President Trump’s nominee for U.S. ambassador to Germany — the first major openly gay appointment of the administration — came under fire in the recent past for snide comments on Twitter about the physical appearance of several prominent women — but a 1995 Washington Post profile story on him reveals he was making such comments long before the arrival of social media.
The more than 20-year-old profile piece on Ric Grenell, sent to the Washington Blade on Saturday, takes a look at his personality long before the Trump nominee served as spokesperson for the U.S. mission to the United Nations during the George W. Bush administration or as a Fox News commentator. The piece was written during Grenell’s days as press secretary to Rep. Mark Sanford (R-S.C.) at the dawn of the “Gingrich Revolution.”
A key portion of the profile quotes Laurie Blackford, then a producer for Chris Matthews long before he came to MSNBC, recalling remarks Grenell allegedly made to a fellow campaign staffer on the 1992 Bush-Quayle re-election campaign.
“One of our staff people came in and had on a flowery dress and red shoes and Ric looked at her and said, ‘Didn’t your mother ever tell you only whores and very small children wear red shoes?'” Blackford is quoted as saying.
At the time the profile piece was written three years later, the Post sought a response on the remarks from Grenell, who acknowledged them as a joke.
“You know that was a joke,” Grenell is quoted as saying while chuckling. “But come on. Red shoes?”
The remarks are consistent with comments Grenell has made about women on Twitter. One 2011 tweet directed at Rachel Maddow, the lesbian MSNBC host, said she “needs to take a breath and put on a necklace” and another compared her look to that of pop singer Justin Bieber.
One tweet directed at Callista Gingrich questioned whether she “snaps on” her hair. At around the same time, Grenell tweeted Hillary Clinton “is starting to look like Madeleine Albright.”
Grenell, who also has a history of antagonizing reporters on Twitter, deleted and apologized for those tweets years ago during his brief tenure of several days with Mitt Romney’s 2012 presidential campaign. Although some point to the tweets as the reason he didn’t last long with the campaign, others say the appointment of a gay person to the GOP campaign was nixed after objections from anti-gay activists.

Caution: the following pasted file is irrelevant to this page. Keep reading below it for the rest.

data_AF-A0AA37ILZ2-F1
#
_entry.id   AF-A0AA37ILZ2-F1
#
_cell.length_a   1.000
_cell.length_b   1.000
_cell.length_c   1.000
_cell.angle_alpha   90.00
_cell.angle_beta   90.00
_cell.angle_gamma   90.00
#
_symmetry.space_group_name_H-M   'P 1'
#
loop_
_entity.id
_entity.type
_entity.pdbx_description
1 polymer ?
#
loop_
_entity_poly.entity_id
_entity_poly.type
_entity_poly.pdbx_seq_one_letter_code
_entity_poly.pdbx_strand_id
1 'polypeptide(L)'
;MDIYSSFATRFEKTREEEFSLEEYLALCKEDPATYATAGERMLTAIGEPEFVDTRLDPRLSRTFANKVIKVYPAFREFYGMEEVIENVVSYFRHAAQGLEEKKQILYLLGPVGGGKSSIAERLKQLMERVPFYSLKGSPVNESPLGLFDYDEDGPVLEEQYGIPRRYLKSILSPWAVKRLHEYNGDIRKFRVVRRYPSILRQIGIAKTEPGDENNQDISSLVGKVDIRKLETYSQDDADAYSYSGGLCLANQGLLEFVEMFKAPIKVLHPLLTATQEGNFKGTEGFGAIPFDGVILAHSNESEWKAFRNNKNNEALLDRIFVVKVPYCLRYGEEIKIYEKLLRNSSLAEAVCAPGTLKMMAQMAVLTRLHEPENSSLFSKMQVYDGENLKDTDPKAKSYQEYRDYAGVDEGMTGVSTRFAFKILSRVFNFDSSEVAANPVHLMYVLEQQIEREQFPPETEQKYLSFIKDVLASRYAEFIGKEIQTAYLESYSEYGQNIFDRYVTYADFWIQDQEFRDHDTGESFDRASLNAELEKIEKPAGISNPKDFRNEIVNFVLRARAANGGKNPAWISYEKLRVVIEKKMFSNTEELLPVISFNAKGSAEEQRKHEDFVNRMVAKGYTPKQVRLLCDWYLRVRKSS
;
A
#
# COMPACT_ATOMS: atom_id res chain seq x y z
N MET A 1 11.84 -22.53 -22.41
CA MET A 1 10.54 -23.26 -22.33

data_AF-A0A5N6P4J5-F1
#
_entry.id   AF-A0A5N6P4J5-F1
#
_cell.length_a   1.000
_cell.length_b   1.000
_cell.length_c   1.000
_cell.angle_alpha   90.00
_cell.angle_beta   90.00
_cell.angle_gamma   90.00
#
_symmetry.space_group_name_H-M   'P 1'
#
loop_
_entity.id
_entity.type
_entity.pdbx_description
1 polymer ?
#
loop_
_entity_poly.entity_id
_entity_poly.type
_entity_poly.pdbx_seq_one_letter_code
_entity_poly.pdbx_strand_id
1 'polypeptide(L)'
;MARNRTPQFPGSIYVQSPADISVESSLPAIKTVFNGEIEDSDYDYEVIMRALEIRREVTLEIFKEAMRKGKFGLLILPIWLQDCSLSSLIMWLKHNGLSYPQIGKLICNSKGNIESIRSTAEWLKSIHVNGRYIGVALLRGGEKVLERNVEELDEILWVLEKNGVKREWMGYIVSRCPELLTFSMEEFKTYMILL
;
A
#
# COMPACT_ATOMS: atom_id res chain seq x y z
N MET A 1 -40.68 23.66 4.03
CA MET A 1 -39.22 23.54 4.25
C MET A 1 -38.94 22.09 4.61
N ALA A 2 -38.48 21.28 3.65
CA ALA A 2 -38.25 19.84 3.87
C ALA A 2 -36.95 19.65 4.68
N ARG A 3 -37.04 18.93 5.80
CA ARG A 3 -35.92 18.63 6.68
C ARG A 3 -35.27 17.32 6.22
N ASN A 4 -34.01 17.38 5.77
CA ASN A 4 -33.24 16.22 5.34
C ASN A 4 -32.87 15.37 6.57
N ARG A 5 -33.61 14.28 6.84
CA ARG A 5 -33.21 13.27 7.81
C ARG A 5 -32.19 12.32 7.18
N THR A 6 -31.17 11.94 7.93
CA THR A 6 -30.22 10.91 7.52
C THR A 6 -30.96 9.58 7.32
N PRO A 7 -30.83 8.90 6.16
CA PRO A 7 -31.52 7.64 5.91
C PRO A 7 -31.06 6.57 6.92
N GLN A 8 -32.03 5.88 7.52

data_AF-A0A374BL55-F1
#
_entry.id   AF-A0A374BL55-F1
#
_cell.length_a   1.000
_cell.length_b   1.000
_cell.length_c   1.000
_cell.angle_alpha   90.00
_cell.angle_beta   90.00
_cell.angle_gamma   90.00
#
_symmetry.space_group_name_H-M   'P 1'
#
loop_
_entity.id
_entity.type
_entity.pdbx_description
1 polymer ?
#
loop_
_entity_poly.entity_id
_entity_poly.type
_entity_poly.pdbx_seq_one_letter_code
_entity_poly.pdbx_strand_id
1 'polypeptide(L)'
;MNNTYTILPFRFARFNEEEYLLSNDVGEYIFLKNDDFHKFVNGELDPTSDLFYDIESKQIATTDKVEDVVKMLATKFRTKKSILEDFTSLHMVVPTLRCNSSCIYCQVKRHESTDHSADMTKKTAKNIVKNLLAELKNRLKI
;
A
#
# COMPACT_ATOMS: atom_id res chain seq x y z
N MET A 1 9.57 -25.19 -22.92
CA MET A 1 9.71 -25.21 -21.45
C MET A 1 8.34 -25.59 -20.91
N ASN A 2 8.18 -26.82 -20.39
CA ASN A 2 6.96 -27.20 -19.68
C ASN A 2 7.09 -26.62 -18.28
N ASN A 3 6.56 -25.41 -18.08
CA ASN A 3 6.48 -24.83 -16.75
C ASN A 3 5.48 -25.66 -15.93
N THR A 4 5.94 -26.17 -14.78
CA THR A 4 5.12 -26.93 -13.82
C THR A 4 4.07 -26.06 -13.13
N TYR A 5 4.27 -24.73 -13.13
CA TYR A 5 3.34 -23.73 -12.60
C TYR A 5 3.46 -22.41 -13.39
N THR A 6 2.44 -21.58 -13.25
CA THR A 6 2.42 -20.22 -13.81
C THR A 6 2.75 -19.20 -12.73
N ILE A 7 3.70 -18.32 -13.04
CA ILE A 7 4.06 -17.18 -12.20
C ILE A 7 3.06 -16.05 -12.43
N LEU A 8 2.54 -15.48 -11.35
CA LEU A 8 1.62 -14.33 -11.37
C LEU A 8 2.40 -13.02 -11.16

During Grenell’s confirmation hearing last week, Sen. Chris Murphy (D-Conn.) queried him about his comments on Twitter about women, asking him if he regrets those words and can understand the concern about the impact they’ll have on his role in Germany.
“Anybody who knows me knows that I am a very caring person and very sensitive — and I also appreciate good humor,” Grenell said in response. “Unfortunately, there are times where what was intended to be humorous turned out to be not so humorous, and, again, that was never my intention and I regret that.”
The 1995 Post profile piece — written before Grenell met his partner of 15 years, Matt Lashey — never mentions Grenell’s sexual orientation.
The article, titled “Republican Party Animal,” says the then 28-year-old Grenell “is not really in the market for a relationship” between “working out twice a day, playing softball with Hill friends and just getting through each day’s work.”
“I have no time,” Grenell is quoted as saying. “It wouldn’t be fair.”
The article also quotes Blackford as saying Grenell was “the most perfect-looking person — perfectly pressed and dressed.”
Despite Grenell’s support for Trump and other GOP presidential candidates, the article calls him a fan of then-first lady Hillary Clinton.
But the article also quotes Grenell as expressing consternation over the election of Bill Clinton in 1992 over incumbent President George H.W. Bush.
“I don’t even like it when people say Clinton won. A majority of the people did not vote for him,” Grenell is quoted as saying. “Not only had my candidate lost, but I also lost my job. I felt that we had truly let President Bush down and I was depressed.”
Grenell didn’t respond to the Blade’s request for comment on the 1992 remarks about women at the time of his nomination to the Trump administration. Although the Senate has held a confirmation hearing, it has yet to hold a vote on his confirmation as U.S. ambassador to Germany.